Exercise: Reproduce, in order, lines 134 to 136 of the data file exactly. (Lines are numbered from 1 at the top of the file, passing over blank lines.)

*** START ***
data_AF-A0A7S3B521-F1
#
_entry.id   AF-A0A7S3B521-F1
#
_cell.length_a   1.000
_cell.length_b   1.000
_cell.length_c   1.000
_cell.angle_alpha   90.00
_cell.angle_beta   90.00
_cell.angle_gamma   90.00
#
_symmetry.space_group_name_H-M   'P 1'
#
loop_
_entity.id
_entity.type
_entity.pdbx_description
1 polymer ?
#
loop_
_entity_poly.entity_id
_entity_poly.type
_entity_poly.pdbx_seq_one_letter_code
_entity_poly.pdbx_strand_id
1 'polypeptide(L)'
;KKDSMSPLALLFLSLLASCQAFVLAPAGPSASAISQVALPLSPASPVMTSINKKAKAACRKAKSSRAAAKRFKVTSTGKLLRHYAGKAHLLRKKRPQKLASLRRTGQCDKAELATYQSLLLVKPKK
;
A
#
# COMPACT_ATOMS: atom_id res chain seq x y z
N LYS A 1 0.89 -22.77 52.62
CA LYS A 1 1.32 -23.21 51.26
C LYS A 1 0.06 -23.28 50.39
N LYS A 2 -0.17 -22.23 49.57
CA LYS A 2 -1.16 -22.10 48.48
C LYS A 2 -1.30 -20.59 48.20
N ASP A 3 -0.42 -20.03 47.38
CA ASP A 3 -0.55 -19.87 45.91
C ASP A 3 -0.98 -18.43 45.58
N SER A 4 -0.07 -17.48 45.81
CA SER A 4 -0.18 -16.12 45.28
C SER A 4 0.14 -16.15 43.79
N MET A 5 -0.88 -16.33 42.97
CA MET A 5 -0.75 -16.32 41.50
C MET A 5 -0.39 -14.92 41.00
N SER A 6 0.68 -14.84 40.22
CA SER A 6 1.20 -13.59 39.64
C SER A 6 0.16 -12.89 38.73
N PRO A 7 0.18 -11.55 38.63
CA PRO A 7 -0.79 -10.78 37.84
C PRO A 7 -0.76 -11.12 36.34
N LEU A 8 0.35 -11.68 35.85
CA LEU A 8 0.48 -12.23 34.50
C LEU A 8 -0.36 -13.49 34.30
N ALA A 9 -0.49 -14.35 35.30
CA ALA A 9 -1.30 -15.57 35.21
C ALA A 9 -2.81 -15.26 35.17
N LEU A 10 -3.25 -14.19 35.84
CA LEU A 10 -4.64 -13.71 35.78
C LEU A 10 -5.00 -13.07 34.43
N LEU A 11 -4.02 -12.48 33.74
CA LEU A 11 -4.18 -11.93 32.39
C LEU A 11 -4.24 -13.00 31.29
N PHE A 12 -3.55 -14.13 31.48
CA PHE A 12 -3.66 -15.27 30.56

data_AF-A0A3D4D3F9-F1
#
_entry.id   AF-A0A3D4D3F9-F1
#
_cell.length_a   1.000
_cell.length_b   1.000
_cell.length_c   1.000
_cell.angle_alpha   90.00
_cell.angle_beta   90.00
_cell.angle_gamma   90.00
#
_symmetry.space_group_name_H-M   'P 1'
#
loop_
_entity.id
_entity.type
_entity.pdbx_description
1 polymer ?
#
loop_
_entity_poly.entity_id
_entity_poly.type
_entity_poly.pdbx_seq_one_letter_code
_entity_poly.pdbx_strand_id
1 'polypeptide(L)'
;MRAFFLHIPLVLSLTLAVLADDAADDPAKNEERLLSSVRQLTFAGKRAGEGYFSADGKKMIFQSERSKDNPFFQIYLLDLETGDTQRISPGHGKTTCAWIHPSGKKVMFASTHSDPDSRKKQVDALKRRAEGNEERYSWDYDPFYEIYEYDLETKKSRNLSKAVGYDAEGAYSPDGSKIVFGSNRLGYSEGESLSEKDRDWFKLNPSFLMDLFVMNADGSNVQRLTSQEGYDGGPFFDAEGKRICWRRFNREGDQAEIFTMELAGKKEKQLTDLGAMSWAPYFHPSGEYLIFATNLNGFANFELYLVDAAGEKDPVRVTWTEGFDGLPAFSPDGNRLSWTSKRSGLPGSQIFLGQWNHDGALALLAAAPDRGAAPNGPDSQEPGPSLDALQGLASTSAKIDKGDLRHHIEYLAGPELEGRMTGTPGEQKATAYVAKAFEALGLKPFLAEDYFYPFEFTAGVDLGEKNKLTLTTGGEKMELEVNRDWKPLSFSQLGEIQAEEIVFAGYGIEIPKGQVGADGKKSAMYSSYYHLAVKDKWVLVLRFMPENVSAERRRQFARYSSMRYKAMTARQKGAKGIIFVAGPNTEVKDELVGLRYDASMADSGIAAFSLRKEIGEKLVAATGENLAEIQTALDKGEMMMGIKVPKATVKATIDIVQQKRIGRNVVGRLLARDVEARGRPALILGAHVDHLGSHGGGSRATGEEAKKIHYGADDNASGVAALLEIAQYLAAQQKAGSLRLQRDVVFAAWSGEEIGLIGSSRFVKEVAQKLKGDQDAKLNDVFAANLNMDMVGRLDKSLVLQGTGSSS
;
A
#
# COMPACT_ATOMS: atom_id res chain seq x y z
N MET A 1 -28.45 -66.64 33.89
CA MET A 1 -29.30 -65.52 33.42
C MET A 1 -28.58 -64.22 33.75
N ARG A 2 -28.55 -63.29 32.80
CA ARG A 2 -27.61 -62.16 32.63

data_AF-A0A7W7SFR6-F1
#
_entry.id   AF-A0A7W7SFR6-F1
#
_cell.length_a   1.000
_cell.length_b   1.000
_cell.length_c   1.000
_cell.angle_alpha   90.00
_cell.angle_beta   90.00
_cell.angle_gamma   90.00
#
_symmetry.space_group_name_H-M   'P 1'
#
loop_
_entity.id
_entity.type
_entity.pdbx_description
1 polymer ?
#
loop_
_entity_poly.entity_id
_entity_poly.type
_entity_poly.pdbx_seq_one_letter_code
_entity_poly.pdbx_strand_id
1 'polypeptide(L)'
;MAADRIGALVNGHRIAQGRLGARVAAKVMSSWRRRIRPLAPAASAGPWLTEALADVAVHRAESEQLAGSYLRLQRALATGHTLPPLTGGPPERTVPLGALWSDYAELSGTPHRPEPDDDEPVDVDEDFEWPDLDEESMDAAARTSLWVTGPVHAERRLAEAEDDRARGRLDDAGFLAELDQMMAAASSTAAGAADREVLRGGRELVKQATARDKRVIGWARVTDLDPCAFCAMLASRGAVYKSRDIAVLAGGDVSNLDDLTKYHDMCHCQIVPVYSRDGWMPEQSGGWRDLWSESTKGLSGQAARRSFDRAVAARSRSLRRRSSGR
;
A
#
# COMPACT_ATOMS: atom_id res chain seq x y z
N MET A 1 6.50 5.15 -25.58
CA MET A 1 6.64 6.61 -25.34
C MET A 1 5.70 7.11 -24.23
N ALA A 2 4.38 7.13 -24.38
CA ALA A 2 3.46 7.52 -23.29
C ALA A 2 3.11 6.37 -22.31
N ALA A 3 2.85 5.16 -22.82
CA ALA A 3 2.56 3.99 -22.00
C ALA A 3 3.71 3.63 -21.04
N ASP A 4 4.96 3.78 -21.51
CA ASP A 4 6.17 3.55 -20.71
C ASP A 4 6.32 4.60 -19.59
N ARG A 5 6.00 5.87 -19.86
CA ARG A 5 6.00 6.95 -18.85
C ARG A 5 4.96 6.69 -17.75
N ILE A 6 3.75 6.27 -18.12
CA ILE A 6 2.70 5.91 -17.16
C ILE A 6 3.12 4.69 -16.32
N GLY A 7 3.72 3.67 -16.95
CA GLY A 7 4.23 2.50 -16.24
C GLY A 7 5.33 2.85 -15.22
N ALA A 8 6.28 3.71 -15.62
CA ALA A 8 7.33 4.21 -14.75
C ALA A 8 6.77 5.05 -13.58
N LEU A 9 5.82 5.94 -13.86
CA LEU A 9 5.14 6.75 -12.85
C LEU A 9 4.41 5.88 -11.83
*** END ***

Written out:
N ALA A 2 4.38 7.13 -24.38
CA ALA A 2 3.46 7.52 -23.29
C ALA A 2 3.11 6.37 -22.31